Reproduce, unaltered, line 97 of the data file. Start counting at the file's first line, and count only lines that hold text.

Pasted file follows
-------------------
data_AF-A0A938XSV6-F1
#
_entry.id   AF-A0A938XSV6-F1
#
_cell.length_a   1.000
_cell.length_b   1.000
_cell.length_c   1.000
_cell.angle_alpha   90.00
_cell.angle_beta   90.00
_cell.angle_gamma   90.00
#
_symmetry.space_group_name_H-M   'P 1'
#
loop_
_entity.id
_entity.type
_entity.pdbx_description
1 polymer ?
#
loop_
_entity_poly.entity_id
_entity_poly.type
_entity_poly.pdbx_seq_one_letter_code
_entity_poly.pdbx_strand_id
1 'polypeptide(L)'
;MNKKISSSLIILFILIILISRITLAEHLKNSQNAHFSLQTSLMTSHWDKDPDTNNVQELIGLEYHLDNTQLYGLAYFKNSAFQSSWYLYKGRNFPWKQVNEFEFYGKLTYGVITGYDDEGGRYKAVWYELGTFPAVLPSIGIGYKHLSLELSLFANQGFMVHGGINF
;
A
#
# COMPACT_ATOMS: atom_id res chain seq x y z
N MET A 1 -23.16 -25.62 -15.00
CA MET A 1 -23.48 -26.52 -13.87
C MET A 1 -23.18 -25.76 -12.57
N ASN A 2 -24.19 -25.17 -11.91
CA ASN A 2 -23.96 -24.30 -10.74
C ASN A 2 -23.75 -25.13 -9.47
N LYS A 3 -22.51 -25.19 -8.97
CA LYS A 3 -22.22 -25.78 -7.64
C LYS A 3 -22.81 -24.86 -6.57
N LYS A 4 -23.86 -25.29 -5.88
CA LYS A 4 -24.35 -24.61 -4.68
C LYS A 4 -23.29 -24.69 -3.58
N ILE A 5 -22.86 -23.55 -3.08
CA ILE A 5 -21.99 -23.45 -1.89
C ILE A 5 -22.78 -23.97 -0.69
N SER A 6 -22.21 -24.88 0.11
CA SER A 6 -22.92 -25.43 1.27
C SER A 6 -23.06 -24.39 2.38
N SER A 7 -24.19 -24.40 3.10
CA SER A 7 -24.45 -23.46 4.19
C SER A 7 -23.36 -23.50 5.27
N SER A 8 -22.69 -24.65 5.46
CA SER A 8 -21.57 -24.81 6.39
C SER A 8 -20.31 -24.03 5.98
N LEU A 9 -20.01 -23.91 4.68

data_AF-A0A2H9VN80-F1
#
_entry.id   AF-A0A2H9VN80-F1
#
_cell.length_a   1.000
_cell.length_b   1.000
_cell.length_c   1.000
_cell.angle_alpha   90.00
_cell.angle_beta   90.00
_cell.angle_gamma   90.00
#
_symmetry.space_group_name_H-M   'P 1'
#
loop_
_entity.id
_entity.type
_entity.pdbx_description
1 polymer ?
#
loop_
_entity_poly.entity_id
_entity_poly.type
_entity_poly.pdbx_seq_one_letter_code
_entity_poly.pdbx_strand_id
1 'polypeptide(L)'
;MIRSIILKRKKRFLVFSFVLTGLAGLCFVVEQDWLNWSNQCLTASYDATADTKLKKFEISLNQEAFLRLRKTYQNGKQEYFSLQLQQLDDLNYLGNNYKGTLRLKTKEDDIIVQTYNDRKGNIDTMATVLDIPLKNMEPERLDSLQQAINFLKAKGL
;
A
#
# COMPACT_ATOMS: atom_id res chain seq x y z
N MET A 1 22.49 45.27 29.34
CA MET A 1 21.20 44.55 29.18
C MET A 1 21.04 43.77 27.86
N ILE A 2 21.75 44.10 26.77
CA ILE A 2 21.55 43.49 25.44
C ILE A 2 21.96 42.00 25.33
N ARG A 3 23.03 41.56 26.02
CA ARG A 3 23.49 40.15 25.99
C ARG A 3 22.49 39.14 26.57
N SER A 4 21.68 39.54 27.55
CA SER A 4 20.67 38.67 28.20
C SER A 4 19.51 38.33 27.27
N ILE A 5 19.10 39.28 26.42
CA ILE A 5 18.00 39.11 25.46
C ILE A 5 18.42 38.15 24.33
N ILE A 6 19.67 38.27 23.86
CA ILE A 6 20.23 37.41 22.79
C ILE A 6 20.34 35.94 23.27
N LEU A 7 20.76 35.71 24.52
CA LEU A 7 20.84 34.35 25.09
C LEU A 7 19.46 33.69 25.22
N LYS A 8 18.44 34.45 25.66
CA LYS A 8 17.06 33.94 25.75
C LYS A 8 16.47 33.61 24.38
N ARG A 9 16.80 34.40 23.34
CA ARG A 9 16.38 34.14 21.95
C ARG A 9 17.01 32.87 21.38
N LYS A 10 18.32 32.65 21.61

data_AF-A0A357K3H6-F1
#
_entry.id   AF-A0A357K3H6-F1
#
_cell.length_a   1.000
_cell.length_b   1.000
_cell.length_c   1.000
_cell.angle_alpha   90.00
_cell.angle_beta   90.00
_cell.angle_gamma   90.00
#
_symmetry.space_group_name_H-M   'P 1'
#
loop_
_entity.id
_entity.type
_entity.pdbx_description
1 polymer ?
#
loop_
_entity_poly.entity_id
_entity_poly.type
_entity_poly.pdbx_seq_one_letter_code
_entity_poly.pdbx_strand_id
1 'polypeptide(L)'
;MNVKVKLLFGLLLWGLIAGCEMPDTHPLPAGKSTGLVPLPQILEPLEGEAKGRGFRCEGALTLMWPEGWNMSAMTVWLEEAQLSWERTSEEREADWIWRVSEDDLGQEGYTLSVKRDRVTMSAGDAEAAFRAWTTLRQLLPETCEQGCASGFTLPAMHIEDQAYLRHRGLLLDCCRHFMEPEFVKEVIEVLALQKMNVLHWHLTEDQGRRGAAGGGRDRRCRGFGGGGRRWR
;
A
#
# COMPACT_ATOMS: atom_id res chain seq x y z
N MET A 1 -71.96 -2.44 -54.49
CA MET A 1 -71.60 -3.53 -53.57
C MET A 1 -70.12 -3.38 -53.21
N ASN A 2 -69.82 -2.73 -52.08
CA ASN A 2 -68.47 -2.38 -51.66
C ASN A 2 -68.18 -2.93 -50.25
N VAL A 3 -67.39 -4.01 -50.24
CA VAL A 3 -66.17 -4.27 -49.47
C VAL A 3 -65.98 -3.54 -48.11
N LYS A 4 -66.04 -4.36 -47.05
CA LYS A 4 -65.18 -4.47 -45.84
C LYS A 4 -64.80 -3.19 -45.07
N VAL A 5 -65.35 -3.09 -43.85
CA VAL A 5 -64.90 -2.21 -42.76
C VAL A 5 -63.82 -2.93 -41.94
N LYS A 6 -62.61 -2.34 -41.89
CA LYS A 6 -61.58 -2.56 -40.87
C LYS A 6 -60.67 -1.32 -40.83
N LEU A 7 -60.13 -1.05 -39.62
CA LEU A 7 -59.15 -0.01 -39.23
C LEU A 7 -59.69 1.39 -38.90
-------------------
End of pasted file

C SER A 4 19.51 38.33 27.27